After hours (days really) of binge watching Vintage trailer repair videos and reading advice on forums we felt like we could do this. The next 3 weeks were spent removing 13 billion staples 2.6 billion screws,  22 nails and about 300 lbs of caulking. Before you start taking anything apart photograph everything from every angle. We have several 100 pictures of how things were assembled in addition to the damage we were repairing. (As we start reassembly we missed some things and will have to figure those out.) 

We won't say much here but some pics to show what we found.

This picture shows the wing is not much more than rot dust and one benefit of all the caulking is it effectively made a mold of the skirt board. From about halfway forward in the cargo hatch that is not wood but caulking and silicone.

We got the curb side off, We messed up we forgot to take the roof off first. just the excitement of doing this we got ahead of ourselves. But note all the rot on the paneling in lower front and several inches missing in lower back. There is no skirt board, and if you look carefully the rear section of wall has started to collapse, 3 inches of rotted paneling and 2 staples are all that is holding that on. (Honestly I got a little sick thinking we pulled this 300 miles round trip with family for our first and only RV trip outside of our yard.)

Street side rear of the trailer. everything left of the brake light mount disintegrated when we tried to pull apart, We don't have pics of the curb side as there was nothing there.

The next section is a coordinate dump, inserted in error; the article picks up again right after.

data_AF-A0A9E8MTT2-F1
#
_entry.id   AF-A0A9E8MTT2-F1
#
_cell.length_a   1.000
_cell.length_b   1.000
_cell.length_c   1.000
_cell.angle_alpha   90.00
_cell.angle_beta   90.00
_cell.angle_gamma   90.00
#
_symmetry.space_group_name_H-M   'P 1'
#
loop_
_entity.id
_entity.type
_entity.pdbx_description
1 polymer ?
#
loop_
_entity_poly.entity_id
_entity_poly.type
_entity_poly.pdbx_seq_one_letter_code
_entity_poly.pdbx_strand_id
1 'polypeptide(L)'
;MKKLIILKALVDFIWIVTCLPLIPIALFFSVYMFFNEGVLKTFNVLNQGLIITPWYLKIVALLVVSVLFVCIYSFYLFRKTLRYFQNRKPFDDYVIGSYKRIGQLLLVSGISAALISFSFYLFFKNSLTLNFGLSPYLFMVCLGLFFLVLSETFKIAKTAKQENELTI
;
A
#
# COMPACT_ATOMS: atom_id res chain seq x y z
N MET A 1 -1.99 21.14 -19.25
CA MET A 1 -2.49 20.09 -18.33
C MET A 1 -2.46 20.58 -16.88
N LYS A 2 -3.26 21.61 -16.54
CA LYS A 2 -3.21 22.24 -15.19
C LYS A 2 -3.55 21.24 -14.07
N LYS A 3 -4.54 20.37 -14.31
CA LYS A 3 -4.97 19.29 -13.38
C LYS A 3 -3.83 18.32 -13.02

Good thing there was those 12v wires in here as there was no wing or front framing left.

Piece by piece the walls came "tumbling" down.
And we still have a functional camper. A flat place off the ground to sleep and a place to take a seat and contemplate all the choices that have led us to this point. My favorite feature is the drop top roof for those starry nights. All the necessities. :)

Warning: This privy has no privacy.

What we learned about Thelma:

She is a tough lady; she certainly has seen some things in life and has not always been in the healthiest of relationships. She has weathered storms, including one that put a tree branch through her roof. Through all the abuse and neglect, she held it together to get to this point. Together, we have broken her down, seen what she is made of.  She is solid at the core and has a good heart. We will spend the next several months helping her put her life back together as thoroughly and completely as we can. 

With help from friends, old and new we will see a new and improved Thelma. 

Because we got to know you and we fell in love with you.

Tuesday, June 23, 2020

Adventure Awaits...

When we left off, we were about to remove some of the skin, aluminum siding. Regardless of what you see on YouTube, you need to remove exterior panels to properly repair frame and paneling damage to a travel trailer. Its time consuming, but not hard to do. (you will have nightmares about staples and rusty screws, for sure, but not hard work.) We got the J-rail off and started to pull staples. Turns out, they weren't attached to the frame, well because, there wasn't any frame. The lower front curbside wings had completely rotted away, the skin was attached to itself and the J-rail.